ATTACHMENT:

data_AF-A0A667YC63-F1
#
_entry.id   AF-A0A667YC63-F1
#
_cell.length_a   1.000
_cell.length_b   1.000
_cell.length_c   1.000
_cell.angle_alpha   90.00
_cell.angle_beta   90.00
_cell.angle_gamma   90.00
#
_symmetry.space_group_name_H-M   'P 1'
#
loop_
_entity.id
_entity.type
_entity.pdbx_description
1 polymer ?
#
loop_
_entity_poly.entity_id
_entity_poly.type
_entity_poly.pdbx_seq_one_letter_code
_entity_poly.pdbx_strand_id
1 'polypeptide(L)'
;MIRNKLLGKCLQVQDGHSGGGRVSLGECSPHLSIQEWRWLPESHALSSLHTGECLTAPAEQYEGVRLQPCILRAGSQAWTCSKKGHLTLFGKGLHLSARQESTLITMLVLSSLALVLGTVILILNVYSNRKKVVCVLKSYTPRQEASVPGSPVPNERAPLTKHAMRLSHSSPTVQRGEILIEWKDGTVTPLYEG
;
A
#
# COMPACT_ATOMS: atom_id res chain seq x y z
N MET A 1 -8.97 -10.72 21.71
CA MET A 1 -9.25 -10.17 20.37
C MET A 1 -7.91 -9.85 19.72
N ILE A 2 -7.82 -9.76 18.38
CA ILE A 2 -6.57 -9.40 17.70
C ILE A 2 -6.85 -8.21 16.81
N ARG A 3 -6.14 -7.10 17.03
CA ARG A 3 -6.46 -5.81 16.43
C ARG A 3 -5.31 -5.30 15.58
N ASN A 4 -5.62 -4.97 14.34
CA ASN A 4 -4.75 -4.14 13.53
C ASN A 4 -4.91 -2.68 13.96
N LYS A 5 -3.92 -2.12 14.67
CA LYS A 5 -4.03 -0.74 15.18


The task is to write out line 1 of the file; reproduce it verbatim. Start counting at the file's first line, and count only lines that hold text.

data_AF-A0A667YC63-F1